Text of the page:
Individual differences of self regulation have been the focus of temperament research. The emergence of these early regulatory processes may have implications for cognitive development as well. Late in the first year infants begin to exhibit inhibitory control on working memory tasks. It may be, however, that the inhibitory processes associated with cognitive behaviors are similar to those associated with temperament. Indeed, there is much speculation in the infant literature that some relation exists between temperament and cognitive processing, although no known developmental studies have been designed to explore the beginnings of these associations during infancy. The brain/behavior system that has the capacity to tie together these cognitive and temperament processes is Posner's anterior attention system. This system focuses on the emotion (i.e. temperament)-attention and cognitive-attention functions of the anterior cingulate gyms. The goal of this proposed research is to examine the associations between the regulatory processes associated with cognition and temperament. This research project will constitute the infant portion of a longitudinal study. The general hypothesis of this proposed work is that individual differences in temperament, the moderating role of the environment, and the regulatory processes associated with temperament, contribute to individual differences in cognitive processing. Infants will be assessed on cognitive and temperament measures at 5 and 10 months of age. Both behavioral and physiological (EEG, EKG) measures will be utilized. There are 2 primary hypotheses: 1) Maternal sensitivity moderates the effect of temperamental distress on working memory performance. 2) The infant's regulatory processes mediate the maternal sensitivity by temperamental distress moderation effect on working memory performance. These hypotheses are specific to the 10-month assessment period, the time at which early attentional/regulatory processes begin to develop. These hypotheses will not be supported at the 5-month assessment period, prior to the development of these regulatory processes. These data will be unique because they will be the first attempt to examine the effects of an interaction between temperament and environment on cognition during infancy using multiple physiological and behavioral indices. The results of this integration of infant emotion and cognition will advance understanding of typical development. Likewise, they have the potential to generate hypotheses about foundations for the development of extremes in self-regulation (i.e., attention deficit disorder, depression) and associated complexities in cognition. ? ?

Agency
National Institute of Health (NIH)
Institute
Eunice Kennedy Shriver National Institute of Child Health & Human Development (NICHD)
Type
Small Research Grants (R03)
Project #
1R03HD043057-01A1
Application #
6679266
Study Section
Special Emphasis Panel (ZHD1-DSR-H (01))
Program Officer
Freund, Lisa S
Project Start
2003-07-01
Project End
2005-06-30
Budget Start
2003-07-01
Budget End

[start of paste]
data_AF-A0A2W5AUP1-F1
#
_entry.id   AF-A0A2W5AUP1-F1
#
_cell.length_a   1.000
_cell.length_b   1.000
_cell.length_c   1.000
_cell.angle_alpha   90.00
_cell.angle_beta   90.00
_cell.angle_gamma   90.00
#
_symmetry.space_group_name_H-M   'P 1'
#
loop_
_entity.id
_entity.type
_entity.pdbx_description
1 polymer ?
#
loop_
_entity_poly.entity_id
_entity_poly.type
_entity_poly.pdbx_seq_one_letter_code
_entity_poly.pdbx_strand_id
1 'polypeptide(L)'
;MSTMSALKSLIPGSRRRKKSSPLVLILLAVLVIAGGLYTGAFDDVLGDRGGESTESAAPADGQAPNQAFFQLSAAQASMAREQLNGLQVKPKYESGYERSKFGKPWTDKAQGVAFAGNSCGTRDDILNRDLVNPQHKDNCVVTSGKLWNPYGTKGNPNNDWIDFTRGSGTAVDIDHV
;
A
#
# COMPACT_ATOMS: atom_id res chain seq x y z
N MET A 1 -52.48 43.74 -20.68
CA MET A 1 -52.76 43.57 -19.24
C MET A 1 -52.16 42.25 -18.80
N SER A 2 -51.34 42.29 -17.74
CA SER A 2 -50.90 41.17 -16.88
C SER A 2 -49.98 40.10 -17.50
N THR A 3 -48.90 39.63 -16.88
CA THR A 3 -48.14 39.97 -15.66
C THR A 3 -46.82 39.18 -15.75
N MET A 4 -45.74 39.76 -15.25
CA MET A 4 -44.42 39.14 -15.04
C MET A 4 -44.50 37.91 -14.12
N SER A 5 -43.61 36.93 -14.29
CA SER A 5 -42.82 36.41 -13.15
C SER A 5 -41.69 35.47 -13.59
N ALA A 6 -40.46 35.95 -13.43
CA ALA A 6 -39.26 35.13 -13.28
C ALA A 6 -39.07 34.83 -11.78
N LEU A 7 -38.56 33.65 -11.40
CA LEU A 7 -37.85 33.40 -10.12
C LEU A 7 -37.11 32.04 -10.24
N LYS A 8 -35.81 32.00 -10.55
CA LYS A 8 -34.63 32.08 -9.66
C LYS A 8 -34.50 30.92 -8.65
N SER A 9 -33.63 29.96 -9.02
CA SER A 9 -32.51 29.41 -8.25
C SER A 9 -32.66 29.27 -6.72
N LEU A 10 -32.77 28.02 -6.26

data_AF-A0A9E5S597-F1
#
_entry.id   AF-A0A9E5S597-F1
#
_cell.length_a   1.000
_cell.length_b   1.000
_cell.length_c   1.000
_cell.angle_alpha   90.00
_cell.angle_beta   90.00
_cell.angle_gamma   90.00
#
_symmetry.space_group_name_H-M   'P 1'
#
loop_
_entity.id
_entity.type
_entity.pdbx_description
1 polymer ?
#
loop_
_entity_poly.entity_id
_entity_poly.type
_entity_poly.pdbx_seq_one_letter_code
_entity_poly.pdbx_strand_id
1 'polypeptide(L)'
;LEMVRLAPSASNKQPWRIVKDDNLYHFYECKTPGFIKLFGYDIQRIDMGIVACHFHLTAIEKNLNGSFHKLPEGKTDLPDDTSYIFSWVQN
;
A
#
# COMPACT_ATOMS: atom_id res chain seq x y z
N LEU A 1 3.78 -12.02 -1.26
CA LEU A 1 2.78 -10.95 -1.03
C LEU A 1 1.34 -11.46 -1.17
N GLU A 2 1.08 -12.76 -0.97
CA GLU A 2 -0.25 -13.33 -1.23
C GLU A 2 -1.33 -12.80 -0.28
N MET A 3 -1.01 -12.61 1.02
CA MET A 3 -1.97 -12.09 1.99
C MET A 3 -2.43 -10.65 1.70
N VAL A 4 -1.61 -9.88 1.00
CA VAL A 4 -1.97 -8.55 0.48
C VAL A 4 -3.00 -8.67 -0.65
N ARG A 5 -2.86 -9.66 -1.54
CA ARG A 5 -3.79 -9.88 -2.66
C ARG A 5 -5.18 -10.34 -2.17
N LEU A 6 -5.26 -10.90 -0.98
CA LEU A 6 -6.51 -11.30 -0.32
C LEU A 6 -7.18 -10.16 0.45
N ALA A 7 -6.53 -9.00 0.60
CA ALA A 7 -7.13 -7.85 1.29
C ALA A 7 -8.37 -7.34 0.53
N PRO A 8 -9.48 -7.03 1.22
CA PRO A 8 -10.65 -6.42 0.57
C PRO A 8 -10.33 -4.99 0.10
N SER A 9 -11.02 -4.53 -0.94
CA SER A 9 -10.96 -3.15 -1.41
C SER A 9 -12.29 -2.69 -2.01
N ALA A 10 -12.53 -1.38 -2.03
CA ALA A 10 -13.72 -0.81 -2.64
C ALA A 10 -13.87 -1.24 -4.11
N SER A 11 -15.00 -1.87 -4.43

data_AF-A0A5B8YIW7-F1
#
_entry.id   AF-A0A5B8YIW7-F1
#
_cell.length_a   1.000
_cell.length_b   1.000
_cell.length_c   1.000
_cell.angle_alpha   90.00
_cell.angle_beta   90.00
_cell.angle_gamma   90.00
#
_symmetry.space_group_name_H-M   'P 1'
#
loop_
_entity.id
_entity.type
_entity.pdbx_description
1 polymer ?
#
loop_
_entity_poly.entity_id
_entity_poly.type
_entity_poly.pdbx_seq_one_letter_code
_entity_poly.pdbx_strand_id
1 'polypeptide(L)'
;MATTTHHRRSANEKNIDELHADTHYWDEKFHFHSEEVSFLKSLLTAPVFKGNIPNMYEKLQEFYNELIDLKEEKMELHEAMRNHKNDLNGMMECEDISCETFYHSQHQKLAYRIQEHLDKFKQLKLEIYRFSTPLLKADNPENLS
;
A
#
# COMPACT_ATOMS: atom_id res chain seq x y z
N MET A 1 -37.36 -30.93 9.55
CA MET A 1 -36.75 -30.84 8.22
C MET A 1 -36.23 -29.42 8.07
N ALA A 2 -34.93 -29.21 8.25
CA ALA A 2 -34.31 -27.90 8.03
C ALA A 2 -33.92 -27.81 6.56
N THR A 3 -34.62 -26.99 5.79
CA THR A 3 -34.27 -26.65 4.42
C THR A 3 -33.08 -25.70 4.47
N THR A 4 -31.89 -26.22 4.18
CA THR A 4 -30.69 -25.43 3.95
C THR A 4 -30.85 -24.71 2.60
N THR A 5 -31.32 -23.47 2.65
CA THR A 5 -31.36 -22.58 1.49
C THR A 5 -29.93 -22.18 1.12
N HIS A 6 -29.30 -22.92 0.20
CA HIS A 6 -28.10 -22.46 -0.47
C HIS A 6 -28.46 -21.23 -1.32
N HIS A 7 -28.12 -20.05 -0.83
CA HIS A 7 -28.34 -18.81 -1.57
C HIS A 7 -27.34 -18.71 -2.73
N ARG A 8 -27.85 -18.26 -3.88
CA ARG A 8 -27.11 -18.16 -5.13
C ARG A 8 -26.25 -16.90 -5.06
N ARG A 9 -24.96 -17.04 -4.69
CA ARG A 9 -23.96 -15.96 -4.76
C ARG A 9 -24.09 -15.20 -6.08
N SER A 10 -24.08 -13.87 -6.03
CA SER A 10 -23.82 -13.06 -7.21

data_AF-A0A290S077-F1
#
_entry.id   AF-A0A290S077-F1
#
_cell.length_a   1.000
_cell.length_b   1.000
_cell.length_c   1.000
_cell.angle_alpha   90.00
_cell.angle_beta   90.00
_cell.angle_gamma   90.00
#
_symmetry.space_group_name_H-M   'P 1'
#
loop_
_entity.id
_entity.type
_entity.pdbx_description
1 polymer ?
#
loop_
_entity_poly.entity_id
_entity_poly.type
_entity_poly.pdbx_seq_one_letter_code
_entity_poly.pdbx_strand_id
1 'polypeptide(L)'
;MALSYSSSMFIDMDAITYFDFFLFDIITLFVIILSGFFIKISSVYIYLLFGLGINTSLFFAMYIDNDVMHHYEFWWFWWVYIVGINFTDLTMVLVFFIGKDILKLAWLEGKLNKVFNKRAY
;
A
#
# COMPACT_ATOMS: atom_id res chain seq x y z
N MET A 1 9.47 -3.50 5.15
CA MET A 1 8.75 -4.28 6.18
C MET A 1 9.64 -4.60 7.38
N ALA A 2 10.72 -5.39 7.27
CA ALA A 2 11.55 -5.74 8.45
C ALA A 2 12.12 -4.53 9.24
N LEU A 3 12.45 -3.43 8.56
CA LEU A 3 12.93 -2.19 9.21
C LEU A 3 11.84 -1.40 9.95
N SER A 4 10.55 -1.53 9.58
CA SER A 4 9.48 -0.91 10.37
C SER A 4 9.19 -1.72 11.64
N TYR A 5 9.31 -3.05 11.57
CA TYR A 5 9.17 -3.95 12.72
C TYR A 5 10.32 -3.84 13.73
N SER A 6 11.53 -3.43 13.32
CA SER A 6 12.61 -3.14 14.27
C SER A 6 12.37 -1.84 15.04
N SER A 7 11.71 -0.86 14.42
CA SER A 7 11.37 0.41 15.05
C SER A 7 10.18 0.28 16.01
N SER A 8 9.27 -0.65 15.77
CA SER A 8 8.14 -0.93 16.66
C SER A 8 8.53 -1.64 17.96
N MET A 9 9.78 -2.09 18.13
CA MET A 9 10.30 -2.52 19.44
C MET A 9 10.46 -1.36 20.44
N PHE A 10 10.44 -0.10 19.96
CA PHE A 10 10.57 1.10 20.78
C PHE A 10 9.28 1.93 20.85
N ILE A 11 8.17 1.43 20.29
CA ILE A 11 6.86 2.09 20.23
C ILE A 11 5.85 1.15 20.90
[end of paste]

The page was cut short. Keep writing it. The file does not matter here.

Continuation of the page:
2004-06-30
Support Year
1
Fiscal Year
2003
Total Cost
$70,775
Indirect Cost
Name
Virginia Polytechnic Institute and State University
Department
Psychology
Type
Schools of Arts and Sciences
DUNS #
003137015
City
Blacksburg
State
VA
Country
United States
Zip Code
24061
Perry, Nicole B; Dollar, Jessica M; Calkins, Susan D et al. (2017) Developmental Cascade and Transactional Associations Among Biological and Behavioral Indicators of Temperament and Maternal Behavior. Child Dev :
Swingler, Margaret M; Perry, Nicole B; Calkins, Susan D et al. (2017) Maternal behavior predicts infant neurophysiological and behavioral attention processes in the first year. Dev Psychol 53:13-27
Bacher, Leigh F; Retz, Shirley; Lindon, Courtney et al. (2017) Intraindividual and Interindividual Di?erences in Spontaneous Eye Blinking: Relationships to Working Memory Performance and Frontal EEG Asymmetry. Infancy 22:150-170
Perry, Nicole B; Calkins, Susan D; Bell, Martha Ann (2016) Indirect Effects of Maternal Sensitivity on Infant Emotion Regulation Behaviors: The Role of Vagal Withdrawal. Infancy 21:128-153
Howarth, Grace Z; Fettig, Nicole B; Curby, Timothy W et al. (2016) Frontal Electroencephalogram Asymmetry and Temperament Across Infancy and Early Childhood: An Exploration of Stability and Bidirectional Relations. Child Dev 87:465-76
Perry, Nicole B; Swingler, Margaret M; Calkins, Susan D et al. (2016) Neurophysiological correlates of attention behavior in early infancy: Implications for emotion regulation during early childhood. J Exp Child Psychol 142:245-61
Marcovitch, Stuart; Clearfield, Melissa W; Swingler, Margaret et al. (2016) Attentional Predictors of 5-month-olds' Performance on a Looking A-not-B Task. Infant Child Dev 25:233-246
Whedon, Margaret; Perry, Nicole B; Calkins, Susan D et al. (2016) Changes in frontal EEG coherence across infancy predict cognitive abilities at age 3: The mediating role of attentional control. Dev Psychol 52:1341-52
Smith, Cynthia L; Diaz, Anjolii; Day, Kimberly L et al. (2016) Infant frontal electroencephalogram asymmetry and negative emotional reactivity as predictors of toddlerhood effortful control. J Exp Child Psychol 142:262-73
Bernier, Annie; Calkins, Susan D; Bell, Martha Ann (2016) Longitudinal Associations Between the Quality of Mother-Infant Interactions and Brain Development Across Infancy. Child Dev 87:1159-74

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